PREPARED BY BURAK COBAN
In this experiment we will study the rate of decomposition of hydrogen peroxide to form oxygen according to the net equation:
2H2O2 (aq) 2H2O(l) + O2
by measuring the rate at which oxygen evolved, we will investigate how the rate changes with varying initial concentrations of hydrogen peroxide and iodide catalyst. After we will study the affect of changing its concentration the rate oxygen evolution. At the end of experiment we will summarize our results by attempting to write a rate law for the reaction, showing the defences on the concentrations of H2O2 and I.
Chemical reactions can be fast (think of any explosion ) or slow . It is very important to understand what is affecting the rate of the reaction and what is the mechanism of the reaction with such knowledge, we can often control a reaction to proceed at just the speed we need. we can thus avoid an explosion or speed up a reaction that seems too slow.
In this chapter we start out by discussing rates of reactions and the rate law. The rate law indicates the affect that the concentration of the reactants has on the reaction rate. In general, adding more of a reactant speeds things up (rather like pushing the gas pedal to put more gas into the car engine ). But how much faster is the reaction if say the concentration of a reactant is doubled ? the rate law will help us answer such equations.
Another way to affect the rate of a reaction is to change the temperature. We refrigerate food to slow the rate of bacterial metabolism that can cause food to spoil. If we want food to cook faster, we increase the heat. We also look at why some reactions seem to need a “kick start,” although once started, they continue to react. We will examine the activation barrier to reactions and its implications.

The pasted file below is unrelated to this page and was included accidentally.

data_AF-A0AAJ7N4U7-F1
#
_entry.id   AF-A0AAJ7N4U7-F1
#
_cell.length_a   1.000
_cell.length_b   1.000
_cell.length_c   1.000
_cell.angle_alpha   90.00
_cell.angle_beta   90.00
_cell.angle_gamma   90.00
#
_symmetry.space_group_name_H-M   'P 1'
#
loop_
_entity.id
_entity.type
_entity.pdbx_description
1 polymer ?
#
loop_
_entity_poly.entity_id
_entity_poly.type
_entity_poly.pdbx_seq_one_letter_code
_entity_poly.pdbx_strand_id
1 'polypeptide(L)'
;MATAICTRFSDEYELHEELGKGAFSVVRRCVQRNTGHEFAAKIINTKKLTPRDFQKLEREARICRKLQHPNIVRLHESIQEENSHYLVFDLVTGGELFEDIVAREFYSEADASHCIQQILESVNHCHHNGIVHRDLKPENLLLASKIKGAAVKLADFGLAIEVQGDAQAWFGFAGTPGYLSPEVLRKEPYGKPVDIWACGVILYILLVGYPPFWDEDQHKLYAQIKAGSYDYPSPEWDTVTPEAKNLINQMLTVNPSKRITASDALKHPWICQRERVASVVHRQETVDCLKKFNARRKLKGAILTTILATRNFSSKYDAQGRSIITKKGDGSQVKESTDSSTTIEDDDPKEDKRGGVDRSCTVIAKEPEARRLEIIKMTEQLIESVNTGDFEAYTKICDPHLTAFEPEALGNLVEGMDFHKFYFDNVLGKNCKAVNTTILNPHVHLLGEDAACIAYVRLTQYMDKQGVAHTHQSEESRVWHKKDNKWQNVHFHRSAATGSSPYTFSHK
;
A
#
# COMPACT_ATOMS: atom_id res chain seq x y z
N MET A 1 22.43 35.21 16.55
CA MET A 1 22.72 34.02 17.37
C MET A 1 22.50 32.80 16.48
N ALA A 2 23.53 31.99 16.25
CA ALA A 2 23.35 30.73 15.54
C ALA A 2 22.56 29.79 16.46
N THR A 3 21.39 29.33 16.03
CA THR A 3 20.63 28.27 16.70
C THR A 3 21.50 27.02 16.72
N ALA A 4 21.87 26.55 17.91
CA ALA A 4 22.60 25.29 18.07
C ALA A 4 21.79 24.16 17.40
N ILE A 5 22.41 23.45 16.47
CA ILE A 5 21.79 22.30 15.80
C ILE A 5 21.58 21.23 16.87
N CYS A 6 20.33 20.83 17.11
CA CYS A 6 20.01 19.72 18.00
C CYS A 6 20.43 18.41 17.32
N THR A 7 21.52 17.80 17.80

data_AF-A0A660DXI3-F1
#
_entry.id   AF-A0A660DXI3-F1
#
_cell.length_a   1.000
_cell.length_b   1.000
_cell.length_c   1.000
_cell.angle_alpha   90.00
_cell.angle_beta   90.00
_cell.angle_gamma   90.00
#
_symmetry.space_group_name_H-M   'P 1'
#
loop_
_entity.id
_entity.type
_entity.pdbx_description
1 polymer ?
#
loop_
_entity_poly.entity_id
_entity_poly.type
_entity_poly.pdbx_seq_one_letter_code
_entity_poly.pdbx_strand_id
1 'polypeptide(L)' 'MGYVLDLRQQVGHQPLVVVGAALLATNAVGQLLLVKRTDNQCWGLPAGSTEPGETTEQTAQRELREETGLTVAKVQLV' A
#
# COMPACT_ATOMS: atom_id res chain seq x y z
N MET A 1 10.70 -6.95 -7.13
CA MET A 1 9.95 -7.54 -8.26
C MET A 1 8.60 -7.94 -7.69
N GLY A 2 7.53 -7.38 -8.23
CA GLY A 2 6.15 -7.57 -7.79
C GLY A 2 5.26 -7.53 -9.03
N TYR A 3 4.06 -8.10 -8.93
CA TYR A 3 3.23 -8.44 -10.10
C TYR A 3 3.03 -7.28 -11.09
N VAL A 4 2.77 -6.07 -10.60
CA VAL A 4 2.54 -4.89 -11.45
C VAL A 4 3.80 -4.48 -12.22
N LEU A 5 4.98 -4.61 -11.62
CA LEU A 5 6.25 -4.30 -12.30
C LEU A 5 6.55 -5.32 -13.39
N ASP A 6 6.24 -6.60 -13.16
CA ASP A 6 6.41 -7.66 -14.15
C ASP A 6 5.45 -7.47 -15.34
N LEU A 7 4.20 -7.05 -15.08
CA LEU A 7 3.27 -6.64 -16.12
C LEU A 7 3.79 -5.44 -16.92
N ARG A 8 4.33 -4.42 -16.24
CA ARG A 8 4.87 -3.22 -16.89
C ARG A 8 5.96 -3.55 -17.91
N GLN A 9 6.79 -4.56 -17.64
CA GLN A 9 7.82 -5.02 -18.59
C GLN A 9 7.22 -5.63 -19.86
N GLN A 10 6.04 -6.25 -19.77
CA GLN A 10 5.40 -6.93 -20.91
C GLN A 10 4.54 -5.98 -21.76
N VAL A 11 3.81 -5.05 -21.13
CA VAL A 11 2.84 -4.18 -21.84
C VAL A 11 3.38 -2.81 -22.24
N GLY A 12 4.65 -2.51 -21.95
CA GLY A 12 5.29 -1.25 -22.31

Rate laws and kinetics experiments also tell us a lot about the mechanism by which a reaction occurs. Understanding the mechanism gives us another way to control the reaction. This knowledge enables us to design better catalyst or to create new compounds (such as new pharmaceuticals) that will be more effective.
Differential Rate Laws:
In many reactions, the rate of reactions changes as the reaction progresses. Initially the rate of reaction is relatively large, while at very long times the rate of reaction decreases to zero. In order to characterize the kinetic behaviour of a reaction, it is desirable to determine how the rate of reaction varies as the reaction progresses.
A rate law is a mathematical equation that describes the progress of the reaction. There are two forms of a rate law for chemical kinetics: the differential rate law and the integrated rate law.
The differential rate law relates the rate of the reaction to the concentrations of the various species in the system.
Differential rate laws can take on many different forms, especially for complicated chemical reaction. However, most chemical reactions obey one of three differential rate laws. Each rate law contains a constant, k, called rate constant. The units for the rate constant depend upon the rate law, because the rate always has units of mole L-1 sec-1 and the concentration always has units of mole L-1.
Zero – Order Reaction:
For a zero order reaction, the rate of reaction is a constant. When the limiting reactant is completely consumed, the reaction abrupt stops.
Differential rate law: R=k
The rate constant., k , has units of mole L-1 sec-1.
First - Order Reaction:
For first order reaction, the rate of reaction is directly proportional to the concentration of ane of the reactants.
Differential rate law: R = k[A]
The rate constant, k, has units of sec-1.
Second – Order Reaction:
For a second...
Please join StudyMode to read the full document